DRIVERS of dirty diesel cars could be charged a variable fee based on the pollution they emit under proposals being considered by local authorities.
The “polluter pays” system involves installing a monitoring device in vehicles that tracks their movements and measures in real time the amount of toxic nitrogen oxides they produce.
Drivers could be charged a higher rate for taking routes near schools in pollution hotspots or for choosing to drive in city centres during periods of heavy air pollution.
Unlike the flat-rate £10 “toxicity charge” being introduced for most pre-2005 cars this year by Sadiq Khan, the mayor of London, the system would penalise drivers who produced higher levels of pollution by failing to maintain their vehicles or by driving aggressively.
Those who kept emissions down by driving smoothly and ensuring that their pollution controls were fully working would be rewarded with a lower rate.
Tantalum, the vehicle tracking equipment company developing the system, said it was working with Capita, the operator of the London congestion charge, on a 1,000-vehicle trial of the system starting in September. The trial would involve vehicles in commercial fleets or owned by leasing companies.
Transport for London and Khan’s officials have met Tantalum to discuss the system and the company said it was also talking to other interested local authorities.
Edi Truell, the former pensions adviser to Boris Johnson when he was mayor of London, is the largest shareholder in Tantalum. He said that Khan’s toxicity charge and Westminster city council’s 50% higher parking rate for all diesel cars were “blunt instruments” that did not take account of the amount of pollution each car produced.
Some cities, including Paris, Athens and Delhi, respond to smog episodes by banning older cars on alternate days, depending on whether they have an odd or even numberplate.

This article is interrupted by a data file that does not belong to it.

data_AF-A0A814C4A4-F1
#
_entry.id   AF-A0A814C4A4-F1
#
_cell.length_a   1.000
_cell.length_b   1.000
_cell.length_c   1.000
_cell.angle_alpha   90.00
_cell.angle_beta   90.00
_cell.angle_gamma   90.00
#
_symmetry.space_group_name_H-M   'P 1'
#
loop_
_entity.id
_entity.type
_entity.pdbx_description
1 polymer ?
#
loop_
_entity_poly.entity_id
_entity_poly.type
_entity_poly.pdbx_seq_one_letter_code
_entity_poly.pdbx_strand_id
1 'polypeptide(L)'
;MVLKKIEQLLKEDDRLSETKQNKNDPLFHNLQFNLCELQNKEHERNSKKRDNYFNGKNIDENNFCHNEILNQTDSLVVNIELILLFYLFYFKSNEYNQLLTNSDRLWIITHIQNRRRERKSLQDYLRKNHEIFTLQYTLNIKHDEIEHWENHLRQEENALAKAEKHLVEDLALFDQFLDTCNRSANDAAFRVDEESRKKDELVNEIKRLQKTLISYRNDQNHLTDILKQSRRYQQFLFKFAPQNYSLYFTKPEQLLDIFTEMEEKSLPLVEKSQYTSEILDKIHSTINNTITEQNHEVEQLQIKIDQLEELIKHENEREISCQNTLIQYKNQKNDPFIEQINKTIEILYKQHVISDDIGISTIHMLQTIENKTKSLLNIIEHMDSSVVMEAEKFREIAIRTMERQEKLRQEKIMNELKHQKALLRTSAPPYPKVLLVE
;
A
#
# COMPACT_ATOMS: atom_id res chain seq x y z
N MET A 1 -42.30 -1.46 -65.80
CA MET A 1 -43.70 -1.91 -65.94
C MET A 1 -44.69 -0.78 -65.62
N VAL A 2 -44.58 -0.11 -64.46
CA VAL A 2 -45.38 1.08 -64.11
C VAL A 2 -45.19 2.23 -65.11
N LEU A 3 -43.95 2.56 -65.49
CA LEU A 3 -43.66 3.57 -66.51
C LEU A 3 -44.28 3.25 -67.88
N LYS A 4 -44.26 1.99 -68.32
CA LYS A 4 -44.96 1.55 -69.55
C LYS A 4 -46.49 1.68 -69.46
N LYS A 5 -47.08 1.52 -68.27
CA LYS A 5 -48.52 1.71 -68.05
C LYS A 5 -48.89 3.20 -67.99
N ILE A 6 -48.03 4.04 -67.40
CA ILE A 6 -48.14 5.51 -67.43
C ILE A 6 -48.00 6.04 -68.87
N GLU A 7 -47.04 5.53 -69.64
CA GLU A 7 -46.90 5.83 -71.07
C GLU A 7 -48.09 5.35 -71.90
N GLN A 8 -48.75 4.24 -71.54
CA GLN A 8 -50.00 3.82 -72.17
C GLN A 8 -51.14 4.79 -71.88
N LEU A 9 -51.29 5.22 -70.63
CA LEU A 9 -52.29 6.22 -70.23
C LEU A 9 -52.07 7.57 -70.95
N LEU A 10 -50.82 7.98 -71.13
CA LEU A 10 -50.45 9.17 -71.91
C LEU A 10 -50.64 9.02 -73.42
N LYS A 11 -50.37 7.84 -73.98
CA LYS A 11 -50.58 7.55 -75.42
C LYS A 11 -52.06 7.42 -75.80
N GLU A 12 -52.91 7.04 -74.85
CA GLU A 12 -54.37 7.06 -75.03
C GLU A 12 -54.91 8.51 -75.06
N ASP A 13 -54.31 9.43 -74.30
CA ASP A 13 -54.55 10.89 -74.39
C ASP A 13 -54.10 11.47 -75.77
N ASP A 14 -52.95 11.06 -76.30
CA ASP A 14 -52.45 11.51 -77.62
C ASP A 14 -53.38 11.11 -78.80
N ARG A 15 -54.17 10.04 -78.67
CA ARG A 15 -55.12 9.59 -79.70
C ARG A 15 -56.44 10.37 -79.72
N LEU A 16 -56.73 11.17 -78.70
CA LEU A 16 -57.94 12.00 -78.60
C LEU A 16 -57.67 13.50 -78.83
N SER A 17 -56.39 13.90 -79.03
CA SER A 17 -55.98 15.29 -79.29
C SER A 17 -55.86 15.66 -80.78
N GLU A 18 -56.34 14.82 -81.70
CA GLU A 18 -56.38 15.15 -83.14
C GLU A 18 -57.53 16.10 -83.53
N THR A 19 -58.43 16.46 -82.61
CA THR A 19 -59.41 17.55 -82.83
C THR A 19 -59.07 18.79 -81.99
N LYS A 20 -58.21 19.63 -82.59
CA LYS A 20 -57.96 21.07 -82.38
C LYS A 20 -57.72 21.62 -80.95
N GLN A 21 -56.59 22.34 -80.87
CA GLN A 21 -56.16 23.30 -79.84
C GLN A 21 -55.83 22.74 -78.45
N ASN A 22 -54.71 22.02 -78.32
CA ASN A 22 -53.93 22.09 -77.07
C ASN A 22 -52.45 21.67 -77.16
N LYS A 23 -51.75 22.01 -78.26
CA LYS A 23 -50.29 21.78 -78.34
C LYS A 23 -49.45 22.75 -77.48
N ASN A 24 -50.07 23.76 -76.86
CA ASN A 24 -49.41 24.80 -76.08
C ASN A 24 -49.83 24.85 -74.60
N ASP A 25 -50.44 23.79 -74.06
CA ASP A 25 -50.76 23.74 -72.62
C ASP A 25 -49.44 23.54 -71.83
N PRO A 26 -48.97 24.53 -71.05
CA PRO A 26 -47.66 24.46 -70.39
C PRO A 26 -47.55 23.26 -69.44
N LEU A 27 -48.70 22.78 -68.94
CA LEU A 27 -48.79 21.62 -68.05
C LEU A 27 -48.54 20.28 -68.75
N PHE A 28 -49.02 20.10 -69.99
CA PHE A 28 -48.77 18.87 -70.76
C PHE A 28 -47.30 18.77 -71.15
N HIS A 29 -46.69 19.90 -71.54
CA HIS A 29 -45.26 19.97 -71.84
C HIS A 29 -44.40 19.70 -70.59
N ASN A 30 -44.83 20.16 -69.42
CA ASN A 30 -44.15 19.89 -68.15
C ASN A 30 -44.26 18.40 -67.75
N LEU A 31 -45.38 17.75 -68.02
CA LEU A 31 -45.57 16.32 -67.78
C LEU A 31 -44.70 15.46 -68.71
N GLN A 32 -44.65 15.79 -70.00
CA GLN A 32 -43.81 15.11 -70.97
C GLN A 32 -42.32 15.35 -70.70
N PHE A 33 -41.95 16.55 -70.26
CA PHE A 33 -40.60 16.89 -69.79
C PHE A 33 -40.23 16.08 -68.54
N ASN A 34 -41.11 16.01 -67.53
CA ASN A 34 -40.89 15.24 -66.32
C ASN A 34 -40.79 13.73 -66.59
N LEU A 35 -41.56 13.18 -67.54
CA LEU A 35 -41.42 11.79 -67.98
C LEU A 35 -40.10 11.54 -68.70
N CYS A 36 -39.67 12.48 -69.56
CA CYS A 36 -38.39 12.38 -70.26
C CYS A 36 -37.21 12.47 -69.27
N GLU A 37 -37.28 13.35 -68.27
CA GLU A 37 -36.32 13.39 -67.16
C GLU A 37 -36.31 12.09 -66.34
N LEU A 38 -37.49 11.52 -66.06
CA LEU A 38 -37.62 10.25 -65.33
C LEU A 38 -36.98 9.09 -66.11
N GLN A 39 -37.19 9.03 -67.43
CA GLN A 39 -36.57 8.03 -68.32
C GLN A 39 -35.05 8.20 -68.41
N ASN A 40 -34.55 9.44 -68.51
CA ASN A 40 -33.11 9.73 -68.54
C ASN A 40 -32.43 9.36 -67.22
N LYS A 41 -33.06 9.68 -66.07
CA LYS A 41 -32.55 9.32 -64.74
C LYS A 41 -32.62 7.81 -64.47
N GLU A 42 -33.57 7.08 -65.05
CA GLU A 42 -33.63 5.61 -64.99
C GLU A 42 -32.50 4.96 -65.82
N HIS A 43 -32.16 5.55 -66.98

Truell said Tantalum’s system would allow a much more targeted approach, with drivers alerted in advance about pollution hotspots and given the chance to avoid them and pay lower charges by switching routes.
Tantalum has already installed equipment in several hundred thousand vehicles to monitor fuel consumption and driver behaviour to help fleet operators reduce fuel bills. Khan confirmed this month that he will introduce the £10 toxicity charge in central London in October this year for cars and vans that do not meet Euro 4 emissions standards, typically those registered before 2005. This will be on top of the £11.50 congestion charge.
About a third of the 30m licensed cars in Britain were registered before 2005, but only a small proportion enter central London. Khan is expecting his £10 charge to apply to 10,000 vehicles a day. The charging area could be extended to the North and South Circular roads by 2020.
The Department for Environment, Food and Rural Affairs is working on a plan, due to be published in April, which could include charges for older diesel cars entering city centres.
A spokeswoman for Khan confirmed that talks had taken place with Tantalum. She said: “TfL is working closely with industry to ensure the most efficient advanced systems are deployed in all future plans.”
Ben Webster, Environment Editor
This article first appeared in The Times